Author: Lily Goldfarb
Amid the usual traffic of students grabbing their nightly pizza slices, more than 100 students gathered around a stage in the Cooler on April 9 and 10 to watch the third annual Hyper Xpressions showcase.
The student dance company performs at various Occidental events throughout the year, including basketball half times and charity events. Members view the annual showcase as a culmination of their work all season.
“All of our pieces and all of the work we put into it is reflected in what happens in the showcase,” Executive Director Victoria Hasenfuss (junior) said.
This year, the theme of the showcase was “hold no tension.” According to Hasenfuss, the theme is mostly utilized for marketing purposes. Still, it holds significant meaning for the group.
“It is really about expressing ourselves through creative movement; for us dancers that has a more significant meaning, but then as humans and as students, we want to let go a little bit,” Hasenfuss said.
In preparation for the showcase, the company holds practice three times a week in locations including Lower Herrick, the Bengal room and the Academic Quad, according to Julia Moreland (first-year).
“This whole thing took literal blood, sweat and tears, and it was a grind, physically and emotionally. So it is great to see people appreciate the fruits of our labor,” Tyler Eng (senior) said.
The showcase began with a contemporary number to Kelly Clarkson’s “Heartbeat Song,” performed by the entire company. After this energetic opening, the company performed dances in a variety of styles, from hip-hop, contemporary and jazz. Hasenfuss explained that the showcase also provides the opportunity for the company to perform solos, ranging in form from Tahitian to contemporary.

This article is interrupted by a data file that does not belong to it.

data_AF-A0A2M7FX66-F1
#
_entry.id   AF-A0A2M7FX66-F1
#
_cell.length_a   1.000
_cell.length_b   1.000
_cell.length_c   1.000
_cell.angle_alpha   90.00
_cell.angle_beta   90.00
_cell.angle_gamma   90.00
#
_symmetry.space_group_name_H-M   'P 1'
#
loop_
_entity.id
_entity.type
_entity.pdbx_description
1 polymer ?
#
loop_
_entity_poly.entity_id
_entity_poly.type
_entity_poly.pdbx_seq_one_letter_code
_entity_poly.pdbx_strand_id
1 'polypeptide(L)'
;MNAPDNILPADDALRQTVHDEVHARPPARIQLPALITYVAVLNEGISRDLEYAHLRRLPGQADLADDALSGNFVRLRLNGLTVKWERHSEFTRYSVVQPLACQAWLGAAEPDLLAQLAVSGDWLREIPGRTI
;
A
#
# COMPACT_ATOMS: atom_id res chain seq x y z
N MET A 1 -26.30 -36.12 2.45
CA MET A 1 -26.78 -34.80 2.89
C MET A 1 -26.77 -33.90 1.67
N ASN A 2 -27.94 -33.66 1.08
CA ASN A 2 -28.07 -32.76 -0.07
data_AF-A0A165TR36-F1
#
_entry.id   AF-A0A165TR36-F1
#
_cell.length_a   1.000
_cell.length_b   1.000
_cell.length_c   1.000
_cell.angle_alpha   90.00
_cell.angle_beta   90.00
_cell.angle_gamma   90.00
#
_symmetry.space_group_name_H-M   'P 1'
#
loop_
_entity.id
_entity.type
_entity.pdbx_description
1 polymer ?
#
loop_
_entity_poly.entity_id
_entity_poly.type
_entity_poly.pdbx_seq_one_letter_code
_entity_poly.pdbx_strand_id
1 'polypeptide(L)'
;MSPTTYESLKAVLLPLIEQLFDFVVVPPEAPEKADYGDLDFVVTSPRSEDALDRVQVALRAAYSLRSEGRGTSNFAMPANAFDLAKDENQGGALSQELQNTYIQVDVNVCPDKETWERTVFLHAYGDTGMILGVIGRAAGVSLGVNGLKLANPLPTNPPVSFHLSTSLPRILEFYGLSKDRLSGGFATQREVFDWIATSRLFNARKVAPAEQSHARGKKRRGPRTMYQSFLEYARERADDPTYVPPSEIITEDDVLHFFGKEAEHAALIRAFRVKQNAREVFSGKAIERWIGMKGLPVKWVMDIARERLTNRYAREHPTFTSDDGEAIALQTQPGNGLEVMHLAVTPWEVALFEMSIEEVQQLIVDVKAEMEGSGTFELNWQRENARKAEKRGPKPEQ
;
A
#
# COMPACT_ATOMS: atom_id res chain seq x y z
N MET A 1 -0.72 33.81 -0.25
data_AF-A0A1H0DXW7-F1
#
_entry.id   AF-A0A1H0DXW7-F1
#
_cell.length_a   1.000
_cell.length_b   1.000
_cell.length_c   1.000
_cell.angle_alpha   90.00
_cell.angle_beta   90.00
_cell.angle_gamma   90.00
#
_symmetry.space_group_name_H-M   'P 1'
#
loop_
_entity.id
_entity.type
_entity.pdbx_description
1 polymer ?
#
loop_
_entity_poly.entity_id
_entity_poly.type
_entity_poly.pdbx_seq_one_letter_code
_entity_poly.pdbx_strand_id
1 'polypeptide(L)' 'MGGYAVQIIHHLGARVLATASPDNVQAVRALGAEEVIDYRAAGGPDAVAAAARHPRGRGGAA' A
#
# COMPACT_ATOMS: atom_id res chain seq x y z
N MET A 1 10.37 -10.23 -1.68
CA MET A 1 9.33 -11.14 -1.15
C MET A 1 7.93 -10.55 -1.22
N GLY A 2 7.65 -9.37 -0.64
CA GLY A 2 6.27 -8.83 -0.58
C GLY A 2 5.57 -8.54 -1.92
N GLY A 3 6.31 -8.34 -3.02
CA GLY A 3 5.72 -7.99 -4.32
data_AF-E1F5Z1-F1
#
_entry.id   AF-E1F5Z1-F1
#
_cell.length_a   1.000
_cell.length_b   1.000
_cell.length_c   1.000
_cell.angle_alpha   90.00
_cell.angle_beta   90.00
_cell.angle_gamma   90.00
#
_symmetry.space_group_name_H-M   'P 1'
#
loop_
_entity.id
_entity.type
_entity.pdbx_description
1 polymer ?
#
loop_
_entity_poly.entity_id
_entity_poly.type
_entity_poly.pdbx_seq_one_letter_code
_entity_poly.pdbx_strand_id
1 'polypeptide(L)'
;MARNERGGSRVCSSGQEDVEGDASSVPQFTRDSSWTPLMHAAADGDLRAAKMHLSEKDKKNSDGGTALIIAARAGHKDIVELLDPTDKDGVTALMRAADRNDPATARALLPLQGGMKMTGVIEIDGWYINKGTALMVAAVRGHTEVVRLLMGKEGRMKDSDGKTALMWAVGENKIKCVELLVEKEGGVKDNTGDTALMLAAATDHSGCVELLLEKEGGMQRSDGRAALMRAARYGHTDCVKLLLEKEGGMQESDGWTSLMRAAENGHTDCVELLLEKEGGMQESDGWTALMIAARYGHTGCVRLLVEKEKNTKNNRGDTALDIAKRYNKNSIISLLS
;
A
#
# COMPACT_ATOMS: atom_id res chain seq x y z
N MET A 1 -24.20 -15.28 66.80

“Everyone has their own styles that they want to do, but at the same time we bring them together in one showcase,” Hasenfuss said.
Marjorie Morales (sophomore) performed the Tahitian solo, a type of Polynesian dance, to the song “Ori Tahiti.” Morales has been studying Polynesian dance for twelve years.
“Seeing that Tahitian dancing is so normal to me, I forget that there are people who have never ever seen someone shake their hips the way I did during the showcase,” Morales said. “I’m really glad that I could share my passion and love for Polynesian dancing with the community, especially to those who had never before been exposed to Tahitian dancing. It was exhilarating to finally perform Tahitian after a year of not practicing Polynesian dancing at all. I didn’t even feel like I was dancing.”
Adela McVicar (first-year) cited Morales’ performance as a high point of the showcase.
“I thought all of the dances, especially all of the solos, were very impressive and well-prepared,” McVicar said. “For me, the Tahitian solo really stood out and the entire audience seemed really into it. Before the showcase, I didn’t realize that Hyper Xpressions [performs] styles other than hip-hop.”
Naomi Newman (first-year) and Noellie Nemoto (junior) performed the only duet of the showcase, a lyrical piece to “Mad World.”
The last number before intermission, entitled “Selfie 2.0,” was an encore from the showcase last year. The intermission featured a four-song performance by Cadence, Occidental’s all-male a cappella group.
The company returned from the intermission to the tune of a hip-hop piece entitled “‘Bout That.” This piece was followed by a hip-hop number to the recent pop hit “Jealous” by Nick Jonas.
The show culminated in a three-song finale, entitled “Twerk it,” which began with the entire company on stage in tank-tops that read, “Twerk it—Hyper Xpressions.” The crowd whooped and cheered loudly for this last number.
In the future, Moreland hopes the showcase will graduate from the Cooler to a bigger stage, like Thorne Hall. Eng, a first-season Hyper Xpressions dancer, hopes that this year’s showcase will motivate students to try dancing.
“I hope it inspires people the way it inspired me last year to join, because I think even if you do not have the most dance experience, I don’t think anyone should be intimidated,” Eng said.
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